So I watched these new 2nd Lieutenants, walking across the same stage as one of the women they tormented. I was assured that they had a rough week. Well, so did that woman, who spent the last few months before her graduation being relentlessly harassed for turning over one of the emails to West Point leadership. I wondered what it would be like to be a woman soldier in a platoon led by one of those creeps.
I understand the punishment was solely the decision of the new Commandant, an officer who has managed to serve for 29 years and yet commanded women for a grand total of maybe ten months.
He’s not the first general to be placed in a command for which he wasn’t qualified, but one would hope he would have gotten better advice. Instead – fully backed by the Superintendent – he was impressed by the fact that the men stood together, taking their punishment as a team, and decided that they would make fine officers, thank you very much.
That idea of “standing together as a team” is less impressive when you realize that it’s about a group of men standing together over their rejection of women as part of their team, as classmates, as equals. That was the message sent to the Corps, as replayed to me by a couple of male cadets: what matters is that the men closed ranks – and they “got over.”
I also heard how “remorseful” the boys were. Yes, so “remorseful” that, after graduation, one of them sent a photo of his friend “flipping the bird” to the woman who turned over the email.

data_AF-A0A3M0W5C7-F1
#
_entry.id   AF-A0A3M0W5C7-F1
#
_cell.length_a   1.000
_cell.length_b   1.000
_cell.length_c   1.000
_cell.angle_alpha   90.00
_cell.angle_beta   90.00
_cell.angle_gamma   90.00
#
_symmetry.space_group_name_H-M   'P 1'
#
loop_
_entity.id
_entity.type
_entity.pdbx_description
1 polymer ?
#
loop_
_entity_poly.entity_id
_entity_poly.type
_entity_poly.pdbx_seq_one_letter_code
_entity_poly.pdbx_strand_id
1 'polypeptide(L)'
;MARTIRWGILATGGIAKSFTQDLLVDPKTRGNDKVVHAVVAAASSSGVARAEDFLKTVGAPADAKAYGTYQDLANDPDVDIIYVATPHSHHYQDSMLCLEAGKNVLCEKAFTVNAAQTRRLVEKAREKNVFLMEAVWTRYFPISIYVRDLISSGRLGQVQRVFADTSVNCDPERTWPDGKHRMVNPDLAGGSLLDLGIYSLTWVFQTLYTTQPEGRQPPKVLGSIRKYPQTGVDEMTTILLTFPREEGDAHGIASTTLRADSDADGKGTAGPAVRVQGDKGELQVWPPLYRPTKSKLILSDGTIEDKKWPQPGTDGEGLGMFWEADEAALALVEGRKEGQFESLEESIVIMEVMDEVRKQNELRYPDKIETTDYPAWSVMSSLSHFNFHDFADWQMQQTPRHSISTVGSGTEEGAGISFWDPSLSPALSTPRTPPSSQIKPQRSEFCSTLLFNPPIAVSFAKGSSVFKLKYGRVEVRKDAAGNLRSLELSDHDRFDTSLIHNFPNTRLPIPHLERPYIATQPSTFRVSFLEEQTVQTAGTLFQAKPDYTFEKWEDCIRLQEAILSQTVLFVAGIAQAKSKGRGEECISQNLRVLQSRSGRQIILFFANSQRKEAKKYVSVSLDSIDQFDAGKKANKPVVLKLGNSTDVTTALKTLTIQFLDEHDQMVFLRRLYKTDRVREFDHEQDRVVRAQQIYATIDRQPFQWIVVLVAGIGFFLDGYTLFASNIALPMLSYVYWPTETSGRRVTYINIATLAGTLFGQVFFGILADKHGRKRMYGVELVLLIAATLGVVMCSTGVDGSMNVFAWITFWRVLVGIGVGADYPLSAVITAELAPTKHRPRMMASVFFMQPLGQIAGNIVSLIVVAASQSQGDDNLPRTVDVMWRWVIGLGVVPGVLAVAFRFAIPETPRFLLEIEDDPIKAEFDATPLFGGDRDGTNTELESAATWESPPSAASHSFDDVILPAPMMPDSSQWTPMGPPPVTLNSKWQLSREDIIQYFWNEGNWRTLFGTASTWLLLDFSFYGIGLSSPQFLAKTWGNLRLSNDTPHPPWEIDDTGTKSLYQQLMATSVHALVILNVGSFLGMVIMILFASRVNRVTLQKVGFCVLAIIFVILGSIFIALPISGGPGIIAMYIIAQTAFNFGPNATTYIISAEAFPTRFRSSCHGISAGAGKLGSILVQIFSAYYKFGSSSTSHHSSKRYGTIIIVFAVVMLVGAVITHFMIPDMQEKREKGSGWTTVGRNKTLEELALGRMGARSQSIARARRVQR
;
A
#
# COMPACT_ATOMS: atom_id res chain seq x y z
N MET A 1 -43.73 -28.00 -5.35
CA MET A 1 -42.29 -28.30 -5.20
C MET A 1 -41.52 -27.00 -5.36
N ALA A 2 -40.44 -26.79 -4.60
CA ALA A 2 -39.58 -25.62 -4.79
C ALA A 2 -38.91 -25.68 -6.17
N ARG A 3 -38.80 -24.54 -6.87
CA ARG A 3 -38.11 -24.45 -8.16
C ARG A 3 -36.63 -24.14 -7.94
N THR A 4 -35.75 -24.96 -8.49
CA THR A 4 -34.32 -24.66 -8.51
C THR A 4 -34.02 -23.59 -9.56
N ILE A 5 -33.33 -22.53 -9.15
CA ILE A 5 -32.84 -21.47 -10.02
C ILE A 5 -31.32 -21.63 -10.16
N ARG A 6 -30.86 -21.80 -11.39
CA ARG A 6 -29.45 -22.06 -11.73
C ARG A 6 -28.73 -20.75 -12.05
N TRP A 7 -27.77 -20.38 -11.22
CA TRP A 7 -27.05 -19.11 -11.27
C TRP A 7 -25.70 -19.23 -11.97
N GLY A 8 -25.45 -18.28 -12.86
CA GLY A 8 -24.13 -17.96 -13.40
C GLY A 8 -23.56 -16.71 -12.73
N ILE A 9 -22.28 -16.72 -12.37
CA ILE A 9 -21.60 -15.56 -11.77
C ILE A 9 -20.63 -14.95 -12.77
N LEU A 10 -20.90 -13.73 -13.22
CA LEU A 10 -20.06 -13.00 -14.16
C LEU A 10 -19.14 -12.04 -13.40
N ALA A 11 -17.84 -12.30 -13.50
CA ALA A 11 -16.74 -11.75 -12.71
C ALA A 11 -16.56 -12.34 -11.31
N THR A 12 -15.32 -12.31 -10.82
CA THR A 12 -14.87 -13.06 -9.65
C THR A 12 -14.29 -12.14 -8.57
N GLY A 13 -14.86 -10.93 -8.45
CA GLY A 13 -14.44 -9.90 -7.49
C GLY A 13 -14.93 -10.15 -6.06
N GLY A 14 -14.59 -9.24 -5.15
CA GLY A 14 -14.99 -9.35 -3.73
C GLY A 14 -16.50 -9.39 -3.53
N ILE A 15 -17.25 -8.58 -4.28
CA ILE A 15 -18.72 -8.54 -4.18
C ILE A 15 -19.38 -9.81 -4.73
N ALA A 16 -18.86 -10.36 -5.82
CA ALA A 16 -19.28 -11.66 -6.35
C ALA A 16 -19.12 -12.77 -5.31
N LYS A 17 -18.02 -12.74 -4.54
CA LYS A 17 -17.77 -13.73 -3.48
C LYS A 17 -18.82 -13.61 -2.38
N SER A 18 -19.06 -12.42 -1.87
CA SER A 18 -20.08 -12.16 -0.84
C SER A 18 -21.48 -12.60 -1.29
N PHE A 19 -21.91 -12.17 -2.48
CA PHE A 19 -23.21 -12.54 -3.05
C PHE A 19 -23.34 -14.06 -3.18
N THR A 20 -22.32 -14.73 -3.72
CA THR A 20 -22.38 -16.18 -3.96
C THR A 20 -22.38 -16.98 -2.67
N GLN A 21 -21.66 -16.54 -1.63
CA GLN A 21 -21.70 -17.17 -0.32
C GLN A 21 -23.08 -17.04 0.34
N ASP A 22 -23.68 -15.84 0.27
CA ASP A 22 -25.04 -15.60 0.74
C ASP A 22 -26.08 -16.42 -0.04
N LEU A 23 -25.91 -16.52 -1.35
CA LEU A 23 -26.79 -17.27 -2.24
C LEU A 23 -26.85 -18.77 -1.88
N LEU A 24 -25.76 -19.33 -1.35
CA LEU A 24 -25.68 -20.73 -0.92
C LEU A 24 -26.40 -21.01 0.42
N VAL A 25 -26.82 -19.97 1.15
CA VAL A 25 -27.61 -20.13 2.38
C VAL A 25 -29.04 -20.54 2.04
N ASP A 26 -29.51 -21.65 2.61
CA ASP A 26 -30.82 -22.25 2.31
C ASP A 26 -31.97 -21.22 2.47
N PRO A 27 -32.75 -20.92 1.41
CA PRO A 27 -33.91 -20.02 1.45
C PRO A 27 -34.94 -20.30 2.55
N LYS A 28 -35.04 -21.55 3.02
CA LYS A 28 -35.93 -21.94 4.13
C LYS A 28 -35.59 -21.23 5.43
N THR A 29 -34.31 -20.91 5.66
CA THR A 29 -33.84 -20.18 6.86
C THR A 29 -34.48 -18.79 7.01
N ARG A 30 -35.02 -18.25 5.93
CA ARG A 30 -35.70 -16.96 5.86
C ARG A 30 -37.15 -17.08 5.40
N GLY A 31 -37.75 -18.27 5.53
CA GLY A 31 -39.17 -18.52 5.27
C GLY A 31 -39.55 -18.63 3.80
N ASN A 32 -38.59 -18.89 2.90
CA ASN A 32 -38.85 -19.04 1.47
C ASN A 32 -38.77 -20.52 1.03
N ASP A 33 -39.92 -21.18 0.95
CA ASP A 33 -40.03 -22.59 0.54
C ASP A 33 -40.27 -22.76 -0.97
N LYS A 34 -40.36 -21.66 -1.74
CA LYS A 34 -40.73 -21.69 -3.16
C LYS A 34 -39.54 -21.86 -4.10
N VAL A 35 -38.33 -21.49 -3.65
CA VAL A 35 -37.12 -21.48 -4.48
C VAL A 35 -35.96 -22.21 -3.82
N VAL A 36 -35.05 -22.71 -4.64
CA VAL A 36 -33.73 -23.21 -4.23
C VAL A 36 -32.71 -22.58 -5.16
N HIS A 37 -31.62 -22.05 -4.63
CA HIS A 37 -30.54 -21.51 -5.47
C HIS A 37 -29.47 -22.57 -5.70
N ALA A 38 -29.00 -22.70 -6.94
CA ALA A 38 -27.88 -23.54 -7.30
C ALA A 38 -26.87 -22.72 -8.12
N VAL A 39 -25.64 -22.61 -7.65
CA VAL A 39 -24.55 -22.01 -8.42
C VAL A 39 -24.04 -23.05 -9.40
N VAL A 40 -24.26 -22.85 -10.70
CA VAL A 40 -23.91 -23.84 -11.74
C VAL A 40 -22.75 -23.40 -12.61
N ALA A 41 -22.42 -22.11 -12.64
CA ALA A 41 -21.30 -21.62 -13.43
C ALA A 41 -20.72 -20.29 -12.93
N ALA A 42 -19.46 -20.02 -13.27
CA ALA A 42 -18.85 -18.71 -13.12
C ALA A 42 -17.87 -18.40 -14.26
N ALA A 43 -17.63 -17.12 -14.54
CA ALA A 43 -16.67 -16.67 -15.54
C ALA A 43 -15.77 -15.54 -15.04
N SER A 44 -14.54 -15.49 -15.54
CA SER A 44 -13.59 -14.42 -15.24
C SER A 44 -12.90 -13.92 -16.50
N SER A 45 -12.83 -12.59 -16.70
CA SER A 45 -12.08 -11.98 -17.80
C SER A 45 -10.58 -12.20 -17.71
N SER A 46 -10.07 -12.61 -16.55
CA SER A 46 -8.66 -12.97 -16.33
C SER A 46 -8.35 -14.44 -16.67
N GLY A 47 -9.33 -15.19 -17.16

A year ago, I attended a Sexual Assault Prevention workshop for the second class, in Thayer Hall’s South Auditorium. Prompted to come up with a typical “pick-up line,” one of the cows stood up and made a rape joke. The “trainers” joined the rest of the class in laughing, and made no comment about the appropriateness of his comment.
This fall, cadets will come back from summer training to a West Point leadership leaflet on their desks that tells them, “You are joining a brotherhood.” A brotherhood. Seriously??
I am deeply troubled. I have seen no evidence that West Point’s senior leadership has a clue about the current command climate and its utter contempt for women. Meanwhile, I have seen plenty of evidence that women cadets and officers remain second-class citizens at the Academy.
I love the Army, and I love West Point. I believe in the values that are supposed to define the Academy, and I know dozens of officers at West Point who share those values, and hundreds of graduates - male and female – who have upheld those values, on the battlefield and beyond. And because I love West Point, because I live these values, I am speaking out. Our cadets and officers deserve better leadership.